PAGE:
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Deer hunter who confessed in warden’s car was not “in custody” under Miranda

State v. Jody A. Bolstad, 2014AP915-CR, 10/2/14, District 4, (1-judge opinion, ineligible for publication); case activity

Bolstad shot a deer decoy from the window of his friend’s pick-up truck while a DNR warden was watching.  Afterwards, while sitting in a DNR car, he confessed to the warden and signed a written statement. The State charged Bolstad with various game regulation violations, and he moved to suppress his statements because the warden failed to inform him of his Miranda rights. The court of appeals held that Bolstad was not “in custody,” so Miranda did not apply.

The sole issue for appeal was whether Bolstad was in custody.  The court of appeals explained:

The test to determine whether an individual is in custody is an objective one, and the inquiry is “whether there is a formal arrest or restraint on freedom of movement of a degree associated with a formal arrest.” State v. Leprich, 160 Wis. 2d 472, 477, 465 N.W.2d 844 (Ct. App. 1991) (citing New York v. Quarles, 467 U.S. 649, 655 (1984)). In other words, if “a reasonable person would not feel free to terminate the interview and leave the scene,” then that person is in custody for Miranda purposes. State v. Martin, 2012 WI 96, ¶33, 343 Wis. 2d 278, 816 N.W.2d 270. Several factors are relevant in this inquiry, including “the defendant’s freedom to leave; the purpose, place, and length of the interrogation; and the degree of restraint.” Id., ¶35.  Slip op. ¶11.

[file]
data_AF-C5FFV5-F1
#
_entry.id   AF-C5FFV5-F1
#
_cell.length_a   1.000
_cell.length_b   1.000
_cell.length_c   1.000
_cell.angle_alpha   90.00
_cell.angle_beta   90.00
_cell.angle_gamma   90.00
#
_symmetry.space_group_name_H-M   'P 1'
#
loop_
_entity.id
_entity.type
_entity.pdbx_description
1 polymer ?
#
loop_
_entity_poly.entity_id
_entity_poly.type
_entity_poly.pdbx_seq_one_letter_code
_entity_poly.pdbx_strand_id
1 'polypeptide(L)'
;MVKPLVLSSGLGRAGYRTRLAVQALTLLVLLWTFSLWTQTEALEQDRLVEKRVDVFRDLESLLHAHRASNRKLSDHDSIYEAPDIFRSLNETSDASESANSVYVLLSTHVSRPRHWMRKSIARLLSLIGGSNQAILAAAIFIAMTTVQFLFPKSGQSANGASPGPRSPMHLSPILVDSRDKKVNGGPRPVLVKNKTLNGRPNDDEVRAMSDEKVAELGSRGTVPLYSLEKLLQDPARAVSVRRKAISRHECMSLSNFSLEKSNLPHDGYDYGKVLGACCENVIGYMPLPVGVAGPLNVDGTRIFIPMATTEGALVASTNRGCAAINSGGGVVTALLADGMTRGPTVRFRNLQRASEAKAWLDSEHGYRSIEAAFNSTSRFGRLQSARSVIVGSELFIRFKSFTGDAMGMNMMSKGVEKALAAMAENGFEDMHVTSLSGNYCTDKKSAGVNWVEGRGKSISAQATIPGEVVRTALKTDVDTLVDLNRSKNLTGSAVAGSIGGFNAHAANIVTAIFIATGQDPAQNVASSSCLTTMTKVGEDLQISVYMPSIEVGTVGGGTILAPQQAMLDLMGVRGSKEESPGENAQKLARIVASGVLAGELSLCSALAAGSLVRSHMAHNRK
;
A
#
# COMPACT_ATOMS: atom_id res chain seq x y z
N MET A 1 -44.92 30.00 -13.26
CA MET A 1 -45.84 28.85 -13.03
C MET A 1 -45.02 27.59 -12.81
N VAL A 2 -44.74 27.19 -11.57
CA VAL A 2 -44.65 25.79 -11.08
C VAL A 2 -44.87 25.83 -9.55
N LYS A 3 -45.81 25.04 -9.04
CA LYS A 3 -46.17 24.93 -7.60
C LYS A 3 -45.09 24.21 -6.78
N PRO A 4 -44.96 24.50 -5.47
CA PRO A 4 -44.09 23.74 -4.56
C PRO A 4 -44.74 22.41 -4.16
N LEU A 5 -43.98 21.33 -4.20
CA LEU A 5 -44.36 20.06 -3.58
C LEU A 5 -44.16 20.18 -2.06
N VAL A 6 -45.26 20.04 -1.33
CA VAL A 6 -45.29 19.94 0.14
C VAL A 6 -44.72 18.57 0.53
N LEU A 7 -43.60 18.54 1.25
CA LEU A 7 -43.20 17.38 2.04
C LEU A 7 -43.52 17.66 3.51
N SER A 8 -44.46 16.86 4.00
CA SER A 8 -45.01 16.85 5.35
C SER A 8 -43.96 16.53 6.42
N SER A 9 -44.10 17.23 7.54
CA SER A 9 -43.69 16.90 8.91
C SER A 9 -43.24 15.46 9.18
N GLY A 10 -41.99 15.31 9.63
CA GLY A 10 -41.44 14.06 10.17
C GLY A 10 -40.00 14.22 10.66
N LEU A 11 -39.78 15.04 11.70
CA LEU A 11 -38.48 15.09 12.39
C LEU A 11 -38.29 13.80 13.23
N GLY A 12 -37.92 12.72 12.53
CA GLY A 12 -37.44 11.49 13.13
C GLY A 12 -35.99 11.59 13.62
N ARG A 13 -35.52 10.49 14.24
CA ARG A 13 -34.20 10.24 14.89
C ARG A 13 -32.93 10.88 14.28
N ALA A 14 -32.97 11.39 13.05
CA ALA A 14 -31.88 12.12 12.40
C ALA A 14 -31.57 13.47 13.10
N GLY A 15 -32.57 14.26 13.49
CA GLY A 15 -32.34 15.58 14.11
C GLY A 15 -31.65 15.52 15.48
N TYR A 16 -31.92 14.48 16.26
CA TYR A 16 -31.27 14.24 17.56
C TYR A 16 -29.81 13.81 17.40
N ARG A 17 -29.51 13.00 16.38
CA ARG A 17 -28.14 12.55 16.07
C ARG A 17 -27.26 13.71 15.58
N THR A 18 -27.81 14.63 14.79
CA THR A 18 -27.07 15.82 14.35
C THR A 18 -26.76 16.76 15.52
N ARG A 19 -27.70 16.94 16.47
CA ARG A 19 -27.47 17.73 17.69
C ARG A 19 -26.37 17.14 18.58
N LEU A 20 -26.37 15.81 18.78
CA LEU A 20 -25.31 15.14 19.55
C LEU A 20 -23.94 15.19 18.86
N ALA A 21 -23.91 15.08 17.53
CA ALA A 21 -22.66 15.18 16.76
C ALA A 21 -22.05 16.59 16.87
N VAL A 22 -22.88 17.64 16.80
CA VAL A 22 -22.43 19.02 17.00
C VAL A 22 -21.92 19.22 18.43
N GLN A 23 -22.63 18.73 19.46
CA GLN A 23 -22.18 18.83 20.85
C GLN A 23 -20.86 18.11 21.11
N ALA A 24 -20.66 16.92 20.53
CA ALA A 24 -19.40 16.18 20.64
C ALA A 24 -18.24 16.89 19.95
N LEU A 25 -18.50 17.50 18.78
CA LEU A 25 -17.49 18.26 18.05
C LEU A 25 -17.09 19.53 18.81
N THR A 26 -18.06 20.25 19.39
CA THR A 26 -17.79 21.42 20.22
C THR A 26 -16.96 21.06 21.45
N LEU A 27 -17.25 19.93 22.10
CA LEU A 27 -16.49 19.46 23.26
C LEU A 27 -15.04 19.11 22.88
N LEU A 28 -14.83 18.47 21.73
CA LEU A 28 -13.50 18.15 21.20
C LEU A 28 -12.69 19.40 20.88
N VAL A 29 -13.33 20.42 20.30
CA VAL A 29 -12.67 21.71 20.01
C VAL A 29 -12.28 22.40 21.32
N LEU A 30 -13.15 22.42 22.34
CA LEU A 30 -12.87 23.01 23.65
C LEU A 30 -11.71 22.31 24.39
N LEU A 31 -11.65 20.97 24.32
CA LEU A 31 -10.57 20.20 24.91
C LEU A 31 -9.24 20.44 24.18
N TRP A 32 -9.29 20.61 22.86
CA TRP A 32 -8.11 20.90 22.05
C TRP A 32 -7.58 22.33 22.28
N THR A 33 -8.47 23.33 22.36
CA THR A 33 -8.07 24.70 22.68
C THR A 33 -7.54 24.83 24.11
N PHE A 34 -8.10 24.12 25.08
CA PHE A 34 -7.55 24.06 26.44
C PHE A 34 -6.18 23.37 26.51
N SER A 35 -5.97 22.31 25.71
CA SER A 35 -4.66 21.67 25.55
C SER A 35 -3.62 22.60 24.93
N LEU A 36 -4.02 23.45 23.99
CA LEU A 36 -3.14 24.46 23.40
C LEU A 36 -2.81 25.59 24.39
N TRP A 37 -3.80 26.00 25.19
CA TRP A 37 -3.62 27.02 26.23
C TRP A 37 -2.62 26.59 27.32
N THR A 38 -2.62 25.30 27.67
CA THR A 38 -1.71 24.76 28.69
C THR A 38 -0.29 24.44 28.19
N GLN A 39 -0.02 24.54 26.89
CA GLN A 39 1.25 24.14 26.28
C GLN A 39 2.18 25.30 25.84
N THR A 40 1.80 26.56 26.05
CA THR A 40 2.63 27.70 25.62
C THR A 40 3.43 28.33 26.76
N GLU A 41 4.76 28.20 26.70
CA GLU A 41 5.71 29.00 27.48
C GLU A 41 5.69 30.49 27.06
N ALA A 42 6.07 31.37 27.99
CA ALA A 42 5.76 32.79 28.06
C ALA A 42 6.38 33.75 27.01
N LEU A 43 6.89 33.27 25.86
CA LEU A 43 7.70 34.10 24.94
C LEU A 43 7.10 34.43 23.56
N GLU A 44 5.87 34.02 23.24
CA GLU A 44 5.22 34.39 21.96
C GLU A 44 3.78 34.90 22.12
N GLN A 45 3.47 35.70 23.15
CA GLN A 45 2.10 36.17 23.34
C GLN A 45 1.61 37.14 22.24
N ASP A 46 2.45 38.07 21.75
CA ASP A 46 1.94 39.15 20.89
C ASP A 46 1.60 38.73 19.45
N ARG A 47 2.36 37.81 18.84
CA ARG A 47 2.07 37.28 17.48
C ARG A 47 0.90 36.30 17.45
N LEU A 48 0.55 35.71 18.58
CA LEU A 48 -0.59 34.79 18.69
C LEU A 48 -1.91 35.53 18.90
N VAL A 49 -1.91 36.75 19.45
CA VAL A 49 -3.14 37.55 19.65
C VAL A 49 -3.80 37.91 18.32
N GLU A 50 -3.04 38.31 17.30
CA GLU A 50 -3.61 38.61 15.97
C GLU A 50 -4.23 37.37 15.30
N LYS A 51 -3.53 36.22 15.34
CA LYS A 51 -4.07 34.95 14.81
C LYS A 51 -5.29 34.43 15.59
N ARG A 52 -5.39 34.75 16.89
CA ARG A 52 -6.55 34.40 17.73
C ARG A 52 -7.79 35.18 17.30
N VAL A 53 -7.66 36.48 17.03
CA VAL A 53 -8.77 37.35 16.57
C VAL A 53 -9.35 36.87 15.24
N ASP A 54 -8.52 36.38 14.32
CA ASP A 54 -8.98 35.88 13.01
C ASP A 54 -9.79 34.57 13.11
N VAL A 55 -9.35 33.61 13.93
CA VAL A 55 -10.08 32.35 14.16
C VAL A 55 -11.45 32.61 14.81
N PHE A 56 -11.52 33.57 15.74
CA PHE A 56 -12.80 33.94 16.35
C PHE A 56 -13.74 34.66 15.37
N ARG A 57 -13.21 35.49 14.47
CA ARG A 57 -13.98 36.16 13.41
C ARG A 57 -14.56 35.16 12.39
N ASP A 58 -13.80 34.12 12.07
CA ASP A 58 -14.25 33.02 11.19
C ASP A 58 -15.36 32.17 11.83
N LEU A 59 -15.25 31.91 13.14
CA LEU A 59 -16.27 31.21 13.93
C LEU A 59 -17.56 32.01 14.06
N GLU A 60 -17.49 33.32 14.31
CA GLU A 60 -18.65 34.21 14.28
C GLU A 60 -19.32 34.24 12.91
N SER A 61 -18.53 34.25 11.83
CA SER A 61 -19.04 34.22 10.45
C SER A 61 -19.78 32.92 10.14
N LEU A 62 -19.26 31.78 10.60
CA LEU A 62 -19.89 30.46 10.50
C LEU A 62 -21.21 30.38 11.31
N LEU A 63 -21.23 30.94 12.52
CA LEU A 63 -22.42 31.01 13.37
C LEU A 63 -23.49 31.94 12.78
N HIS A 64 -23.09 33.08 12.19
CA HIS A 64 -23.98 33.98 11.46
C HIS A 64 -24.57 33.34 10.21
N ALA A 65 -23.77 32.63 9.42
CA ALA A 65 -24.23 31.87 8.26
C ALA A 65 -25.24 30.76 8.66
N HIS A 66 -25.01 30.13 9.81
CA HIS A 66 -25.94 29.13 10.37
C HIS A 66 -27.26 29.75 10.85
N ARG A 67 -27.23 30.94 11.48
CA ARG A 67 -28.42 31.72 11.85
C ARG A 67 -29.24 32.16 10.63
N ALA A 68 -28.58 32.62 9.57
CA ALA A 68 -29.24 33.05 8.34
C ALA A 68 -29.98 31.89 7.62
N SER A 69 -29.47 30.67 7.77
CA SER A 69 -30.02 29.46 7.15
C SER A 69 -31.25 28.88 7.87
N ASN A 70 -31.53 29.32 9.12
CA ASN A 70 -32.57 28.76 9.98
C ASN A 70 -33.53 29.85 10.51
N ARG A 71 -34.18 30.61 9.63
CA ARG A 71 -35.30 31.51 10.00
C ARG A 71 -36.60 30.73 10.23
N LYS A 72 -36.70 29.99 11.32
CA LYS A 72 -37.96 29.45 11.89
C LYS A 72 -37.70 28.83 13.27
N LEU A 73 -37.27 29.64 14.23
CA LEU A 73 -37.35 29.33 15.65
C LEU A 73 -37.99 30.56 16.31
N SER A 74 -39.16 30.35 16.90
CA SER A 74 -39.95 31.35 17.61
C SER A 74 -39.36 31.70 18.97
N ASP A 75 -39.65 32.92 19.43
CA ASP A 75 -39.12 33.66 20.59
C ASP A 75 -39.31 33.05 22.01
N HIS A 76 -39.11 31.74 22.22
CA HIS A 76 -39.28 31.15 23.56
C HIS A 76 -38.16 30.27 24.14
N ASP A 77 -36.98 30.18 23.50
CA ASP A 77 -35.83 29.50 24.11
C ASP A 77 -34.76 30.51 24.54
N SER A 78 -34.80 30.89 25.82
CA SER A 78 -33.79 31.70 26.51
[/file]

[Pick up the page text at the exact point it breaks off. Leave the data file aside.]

None of the factors weighed in Bolstad’s favor.  The warden asked Bolstad to sit in the car; he was not forced to sit there.  The warden asked Bolstad if he would answer questions, and he agreed.  The warden told Bolstad he was not under arrest and could stop questioning at any time.  No weapons were drawn. No restraints were used.  The interview lasted between 1.5 and 2.5 hours, but Bolstad never argued that the length of the interview pressured him into confessing. Furthermore, Bolstad reviewed and voluntarily signed a written statement. Based on the totality of these circumstances, Bolstad was not in custody while in the warden’s car, and his 5th amendment rights were not violated when the warden failed to give him a Miranda warning.

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